Saturday, August 7, 2010

The Hammer and Sickle Tattoo

The Hammer and Sickle Tattoo
by Randy Lowens

When the iron door clanged shut behind me and I stepped into direct sunlight for the first time in six months, I knew the first place I was headed was Ace McCray's Hometown Tattoos and Video Parlor. But I wasn't going to get a tattoo. I was going to have one removed. The hammer and sickle on my left shoulder blade had to go.

Big city jails have changed over the years. We all griped when they banned smoking, of course, but other changes were made, too. Like the cameras that watch you day and night. The automatic lights that go on at eight AM and off at eleven. Except they never all go off, so a man lives in a state of perpetual soft glow that blends with the ceaseless chatter of the card players nearby and the hum of traffic in the distance. You rest a little, but you never really sleep.

But the Beauregard County clink wasn't like that. It was, and I assume still is, a pokey of the old school. You never saw such a backwoods stinkhole in all your life.

Beauregard County is the poorest in all south Alabama, so I reckon that says a lot. No tax base to pay for cameras and security lights. Instead, a guard still patrols the hallway—or doesn't, if the sheriff is gone—and turns the lights on and off whenever he deems it necessary or convenient.

I liked it at first, early in my sentence. I mean, at night a man could sleep in total darkness. And it was near abouts to quiet, too, cause the card sharks couldn't see to play after the sun went down. So you just lie in the cool of the evening, feeling the breeze from the fan ripple the sheets against the steel frame, listening to the birdsong and crickets outside. And the other sounds, too, of course, the ever present jailhouse sounds: the rhythmic creaking of a man alone on his bunk, or the moans that escape a pair of lovers. Stifled sobs. A sudden cry of terror in the morning hour. You always hope it was only a bad dream, and try to go back to sleep.

Anyway, I was pretty happy for the first month or two of my sentence. Or as happy as a man in lockdown ever gets. Then the midnight visits started.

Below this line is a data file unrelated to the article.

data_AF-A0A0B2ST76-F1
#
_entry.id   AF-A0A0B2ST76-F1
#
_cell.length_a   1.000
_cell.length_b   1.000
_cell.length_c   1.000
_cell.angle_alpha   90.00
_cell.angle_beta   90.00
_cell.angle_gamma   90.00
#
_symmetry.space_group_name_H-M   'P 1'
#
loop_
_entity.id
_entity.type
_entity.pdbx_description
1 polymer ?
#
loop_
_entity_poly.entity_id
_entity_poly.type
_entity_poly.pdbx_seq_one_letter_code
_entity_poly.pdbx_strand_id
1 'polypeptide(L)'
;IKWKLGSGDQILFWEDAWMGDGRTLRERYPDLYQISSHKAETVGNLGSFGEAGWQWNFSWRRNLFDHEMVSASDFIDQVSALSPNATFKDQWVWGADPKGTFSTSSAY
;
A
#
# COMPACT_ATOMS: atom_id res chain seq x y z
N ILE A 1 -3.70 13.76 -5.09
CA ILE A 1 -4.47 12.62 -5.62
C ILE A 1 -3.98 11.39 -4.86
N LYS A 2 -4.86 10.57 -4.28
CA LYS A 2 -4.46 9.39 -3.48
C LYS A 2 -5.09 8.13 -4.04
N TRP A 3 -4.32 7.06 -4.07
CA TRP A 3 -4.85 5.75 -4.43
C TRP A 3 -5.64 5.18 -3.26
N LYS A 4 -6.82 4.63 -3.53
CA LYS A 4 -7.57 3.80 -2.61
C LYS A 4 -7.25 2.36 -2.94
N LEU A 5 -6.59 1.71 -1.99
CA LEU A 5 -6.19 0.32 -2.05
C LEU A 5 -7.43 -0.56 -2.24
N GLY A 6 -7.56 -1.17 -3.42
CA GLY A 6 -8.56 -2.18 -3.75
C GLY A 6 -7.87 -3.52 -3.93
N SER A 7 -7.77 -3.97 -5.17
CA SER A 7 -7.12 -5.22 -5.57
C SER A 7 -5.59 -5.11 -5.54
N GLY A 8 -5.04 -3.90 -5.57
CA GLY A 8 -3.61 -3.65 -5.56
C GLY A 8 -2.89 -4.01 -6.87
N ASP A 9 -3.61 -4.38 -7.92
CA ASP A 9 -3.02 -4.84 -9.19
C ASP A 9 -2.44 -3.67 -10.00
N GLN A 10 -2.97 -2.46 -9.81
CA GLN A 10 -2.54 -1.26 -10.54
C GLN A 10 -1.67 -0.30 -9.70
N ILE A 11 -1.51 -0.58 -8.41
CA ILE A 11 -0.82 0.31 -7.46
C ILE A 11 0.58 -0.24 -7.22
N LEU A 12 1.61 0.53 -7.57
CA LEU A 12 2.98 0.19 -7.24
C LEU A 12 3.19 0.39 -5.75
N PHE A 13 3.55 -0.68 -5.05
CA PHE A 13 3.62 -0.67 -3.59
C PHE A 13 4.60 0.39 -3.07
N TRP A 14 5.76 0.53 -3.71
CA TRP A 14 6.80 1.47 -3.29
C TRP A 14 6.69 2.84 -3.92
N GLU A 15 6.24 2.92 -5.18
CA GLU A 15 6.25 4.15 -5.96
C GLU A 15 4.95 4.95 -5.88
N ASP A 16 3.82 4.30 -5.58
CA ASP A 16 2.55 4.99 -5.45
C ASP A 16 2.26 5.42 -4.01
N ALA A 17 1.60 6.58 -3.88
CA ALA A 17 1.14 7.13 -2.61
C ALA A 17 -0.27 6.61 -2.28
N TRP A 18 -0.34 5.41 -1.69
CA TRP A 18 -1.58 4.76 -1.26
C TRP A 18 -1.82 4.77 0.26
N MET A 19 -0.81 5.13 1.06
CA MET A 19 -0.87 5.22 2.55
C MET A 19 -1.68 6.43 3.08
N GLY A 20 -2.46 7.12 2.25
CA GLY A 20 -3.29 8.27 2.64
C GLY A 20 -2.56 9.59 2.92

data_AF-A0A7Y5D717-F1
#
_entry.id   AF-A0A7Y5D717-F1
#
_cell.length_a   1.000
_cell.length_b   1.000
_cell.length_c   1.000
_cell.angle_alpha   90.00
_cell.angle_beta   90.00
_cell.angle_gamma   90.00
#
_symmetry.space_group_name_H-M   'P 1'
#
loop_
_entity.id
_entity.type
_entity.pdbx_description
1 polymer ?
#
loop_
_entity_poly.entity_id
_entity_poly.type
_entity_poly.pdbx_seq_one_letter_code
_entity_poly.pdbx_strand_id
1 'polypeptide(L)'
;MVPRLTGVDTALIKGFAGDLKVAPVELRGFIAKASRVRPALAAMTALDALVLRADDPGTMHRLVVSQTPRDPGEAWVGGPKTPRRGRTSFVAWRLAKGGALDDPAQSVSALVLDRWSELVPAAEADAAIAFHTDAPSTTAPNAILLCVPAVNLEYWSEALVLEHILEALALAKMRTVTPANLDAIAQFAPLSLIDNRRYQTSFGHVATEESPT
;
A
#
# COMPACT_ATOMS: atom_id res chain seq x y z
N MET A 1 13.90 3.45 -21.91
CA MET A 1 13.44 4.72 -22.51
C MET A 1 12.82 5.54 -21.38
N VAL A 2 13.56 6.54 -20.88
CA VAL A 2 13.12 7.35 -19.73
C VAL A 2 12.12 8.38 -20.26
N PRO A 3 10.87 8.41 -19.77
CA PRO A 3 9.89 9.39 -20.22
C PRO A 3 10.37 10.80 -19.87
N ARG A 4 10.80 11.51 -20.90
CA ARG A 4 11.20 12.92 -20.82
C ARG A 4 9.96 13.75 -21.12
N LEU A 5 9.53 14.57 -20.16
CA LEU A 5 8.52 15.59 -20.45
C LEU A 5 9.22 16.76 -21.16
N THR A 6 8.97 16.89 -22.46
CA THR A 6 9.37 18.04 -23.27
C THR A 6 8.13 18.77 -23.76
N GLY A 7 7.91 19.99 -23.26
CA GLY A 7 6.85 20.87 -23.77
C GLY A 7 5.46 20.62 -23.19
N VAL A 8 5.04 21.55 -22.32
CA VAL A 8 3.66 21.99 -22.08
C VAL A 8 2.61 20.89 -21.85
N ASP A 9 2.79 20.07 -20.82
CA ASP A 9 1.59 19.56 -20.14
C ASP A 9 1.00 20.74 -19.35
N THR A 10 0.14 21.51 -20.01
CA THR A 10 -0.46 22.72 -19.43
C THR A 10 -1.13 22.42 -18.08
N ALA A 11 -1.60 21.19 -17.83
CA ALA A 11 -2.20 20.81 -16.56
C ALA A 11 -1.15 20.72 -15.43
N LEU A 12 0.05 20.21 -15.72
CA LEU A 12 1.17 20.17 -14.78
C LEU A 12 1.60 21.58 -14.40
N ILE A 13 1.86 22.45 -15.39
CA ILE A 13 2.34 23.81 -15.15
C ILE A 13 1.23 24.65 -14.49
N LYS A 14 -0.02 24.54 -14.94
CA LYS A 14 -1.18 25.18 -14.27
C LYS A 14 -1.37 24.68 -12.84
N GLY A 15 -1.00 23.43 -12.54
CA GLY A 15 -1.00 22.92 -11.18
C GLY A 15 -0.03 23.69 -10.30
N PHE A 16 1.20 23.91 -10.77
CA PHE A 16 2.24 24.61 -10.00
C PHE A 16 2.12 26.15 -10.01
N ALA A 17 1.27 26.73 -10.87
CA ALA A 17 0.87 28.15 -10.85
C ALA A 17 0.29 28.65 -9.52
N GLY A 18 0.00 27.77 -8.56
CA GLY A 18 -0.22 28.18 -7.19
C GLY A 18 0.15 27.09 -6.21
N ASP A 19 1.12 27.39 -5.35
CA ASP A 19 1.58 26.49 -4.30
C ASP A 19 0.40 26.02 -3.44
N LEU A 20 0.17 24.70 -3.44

You get to know your cellmates when you serve a sentence. You don't really want to, but you do. Each stretch starts with the same attitude: “Just gonna build my time. Stay out of trouble. Stick to myself, and be out before I know it.” But you get bored. You get lonely, so you join in an occasional conversation. Besides, there's nowhere to hide.

The one thing that no jailhouse, urban or rural, offers is privacy. You take a shower and step out into a room full of men. Some guys love it; you can tell. They take their time, taking long, slow swipes across their backs with the towel. Others get out, grab a rag and throw it around their waists before they're half dry.

A hard attitude, or a reputation for savagery, goes a long way towards protecting a man in jail. So does striking an imposing figure while dripping wet. I never minded being middling size, myself. Never wanted to be a small fellow who invites attack, nor so large as to draw a lot of admiring or envious stares. I'm happy to blend in the crowd, to do my time as anonymously as possible. That usually worked pretty good. At least, until someone recognized the symbol on my shoulder.

Why on earth did I get a hammer and sickle with the inscription Che Lives! painted on my back? Because I'm a second generation Communist. My mother was a Maoist in Atlanta during the sixties, a member of the so-called New Left. (We never knew who my father was, because I was conceived during an orgy. Or so I'm told. You know, free love, make love not war, and all that.) So anyway, in my early teens, when I was on fire for the workers revolt that all our family and friends were certain lay just around the corner, I got the tattoo.